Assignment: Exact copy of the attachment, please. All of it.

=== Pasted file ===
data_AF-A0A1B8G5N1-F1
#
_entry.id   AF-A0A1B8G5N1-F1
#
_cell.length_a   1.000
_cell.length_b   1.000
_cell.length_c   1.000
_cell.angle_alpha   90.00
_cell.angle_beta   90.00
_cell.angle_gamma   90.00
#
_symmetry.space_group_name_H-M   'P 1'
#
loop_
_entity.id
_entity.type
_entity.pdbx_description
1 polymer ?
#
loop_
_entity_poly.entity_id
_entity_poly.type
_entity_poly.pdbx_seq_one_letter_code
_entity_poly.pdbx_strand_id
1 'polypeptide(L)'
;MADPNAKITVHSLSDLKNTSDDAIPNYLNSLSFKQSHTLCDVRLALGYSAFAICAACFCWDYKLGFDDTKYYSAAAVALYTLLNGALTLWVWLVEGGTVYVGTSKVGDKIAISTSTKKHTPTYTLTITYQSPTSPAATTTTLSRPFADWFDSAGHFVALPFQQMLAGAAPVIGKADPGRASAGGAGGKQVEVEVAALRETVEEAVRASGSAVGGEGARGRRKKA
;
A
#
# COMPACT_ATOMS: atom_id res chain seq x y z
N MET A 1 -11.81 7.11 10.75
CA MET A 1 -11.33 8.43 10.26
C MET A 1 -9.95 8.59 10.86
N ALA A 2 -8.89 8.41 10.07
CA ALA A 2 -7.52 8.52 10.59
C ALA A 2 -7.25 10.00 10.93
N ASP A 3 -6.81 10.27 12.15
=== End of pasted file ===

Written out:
data_AF-A0A1B8G5N1-F1
#
_entry.id   AF-A0A1B8G5N1-F1
#
_cell.length_a   1.000
_cell.length_b   1.000
_cell.length_c   1.000
_cell.angle_alpha   90.00
_cell.angle_beta   90.00
_cell.angle_gamma   90.00
#
_symmetry.space_group_name_H-M   'P 1'
#
loop_
_entity.id
_entity.type
_entity.pdbx_description
1 polymer ?
#
loop_
_entity_poly.entity_id
_entity_poly.type
_entity_poly.pdbx_seq_one_letter_code
_entity_poly.pdbx_strand_id
1 'polypeptide(L)'
;MADPNAKITVHSLSDLKNTSDDAIPNYLNSLSFKQSHTLCDVRLALGYSAFAICAACFCWDYKLGFDDTKYYSAAAVALYTLLNGALTLWVWLVEGGTVYVGTSKVGDKIAISTSTKKHTPTYTLTITYQSPTSPAATTTTLSRPFADWFDSAGHFVALPFQQMLAGAAPVIGKADPGRASAGGAGGKQVEVEVAALRETVEEAVRASGSAVGGEGARGRRKKA
;
A
#
# COMPACT_ATOMS: atom_id res chain seq x y z
N MET A 1 -11.81 7.11 10.75
CA MET A 1 -11.33 8.43 10.26
C MET A 1 -9.95 8.59 10.86
N ALA A 2 -8.89 8.41 10.07
CA ALA A 2 -7.52 8.52 10.59
C ALA A 2 -7.25 10.00 10.93
N ASP A 3 -6.81 10.27 12.15